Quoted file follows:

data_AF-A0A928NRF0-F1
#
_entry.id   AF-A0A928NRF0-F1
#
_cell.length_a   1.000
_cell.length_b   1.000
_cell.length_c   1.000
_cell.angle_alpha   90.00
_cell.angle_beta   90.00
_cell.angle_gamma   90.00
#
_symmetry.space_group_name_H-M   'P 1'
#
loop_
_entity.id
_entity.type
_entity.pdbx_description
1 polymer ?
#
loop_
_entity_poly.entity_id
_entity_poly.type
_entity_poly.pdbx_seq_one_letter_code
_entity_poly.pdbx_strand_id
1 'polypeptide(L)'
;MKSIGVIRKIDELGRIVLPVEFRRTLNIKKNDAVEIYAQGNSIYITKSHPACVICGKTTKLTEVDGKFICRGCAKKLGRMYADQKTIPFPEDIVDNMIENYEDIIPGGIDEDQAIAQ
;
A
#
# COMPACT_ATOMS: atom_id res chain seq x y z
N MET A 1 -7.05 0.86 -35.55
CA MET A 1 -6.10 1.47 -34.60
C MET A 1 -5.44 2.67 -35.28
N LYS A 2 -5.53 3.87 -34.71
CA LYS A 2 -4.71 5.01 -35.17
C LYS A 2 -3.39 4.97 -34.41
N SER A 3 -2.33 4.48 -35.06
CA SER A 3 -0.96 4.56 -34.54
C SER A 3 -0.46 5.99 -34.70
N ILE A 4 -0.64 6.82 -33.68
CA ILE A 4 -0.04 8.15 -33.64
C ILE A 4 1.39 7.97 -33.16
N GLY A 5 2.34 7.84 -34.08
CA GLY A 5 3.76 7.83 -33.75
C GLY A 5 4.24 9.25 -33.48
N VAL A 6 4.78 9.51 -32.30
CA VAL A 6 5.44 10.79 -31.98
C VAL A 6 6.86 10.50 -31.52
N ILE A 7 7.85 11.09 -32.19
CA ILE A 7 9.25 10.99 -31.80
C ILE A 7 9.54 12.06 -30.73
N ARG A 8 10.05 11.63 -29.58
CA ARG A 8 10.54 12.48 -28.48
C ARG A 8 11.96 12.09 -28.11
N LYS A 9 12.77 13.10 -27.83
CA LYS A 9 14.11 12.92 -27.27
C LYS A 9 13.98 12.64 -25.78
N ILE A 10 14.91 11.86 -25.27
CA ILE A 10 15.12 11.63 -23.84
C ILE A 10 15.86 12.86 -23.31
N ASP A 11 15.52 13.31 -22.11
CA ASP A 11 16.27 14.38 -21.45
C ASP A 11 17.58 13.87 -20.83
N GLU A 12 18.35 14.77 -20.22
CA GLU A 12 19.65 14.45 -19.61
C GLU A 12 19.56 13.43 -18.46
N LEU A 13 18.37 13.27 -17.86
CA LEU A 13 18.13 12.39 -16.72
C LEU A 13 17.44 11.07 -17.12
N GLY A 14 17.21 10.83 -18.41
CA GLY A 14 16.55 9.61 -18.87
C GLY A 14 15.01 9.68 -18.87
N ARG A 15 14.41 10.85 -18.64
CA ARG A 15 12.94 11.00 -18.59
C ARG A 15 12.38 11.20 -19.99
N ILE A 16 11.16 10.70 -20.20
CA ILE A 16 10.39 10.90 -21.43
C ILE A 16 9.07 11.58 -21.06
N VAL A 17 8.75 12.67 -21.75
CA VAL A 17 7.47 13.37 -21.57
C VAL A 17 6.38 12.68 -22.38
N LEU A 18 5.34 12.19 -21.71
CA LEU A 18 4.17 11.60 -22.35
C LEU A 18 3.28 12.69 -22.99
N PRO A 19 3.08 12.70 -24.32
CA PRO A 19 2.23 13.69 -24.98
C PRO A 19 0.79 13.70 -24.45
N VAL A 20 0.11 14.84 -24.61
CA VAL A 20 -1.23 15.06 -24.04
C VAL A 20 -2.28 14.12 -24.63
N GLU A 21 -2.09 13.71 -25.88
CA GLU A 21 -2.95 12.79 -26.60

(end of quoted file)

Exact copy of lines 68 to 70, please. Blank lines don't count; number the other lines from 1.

CA LEU A 13 18.13 12.39 -16.72
C LEU A 13 17.44 11.07 -17.12
N GLY A 14 17.21 10.83 -18.41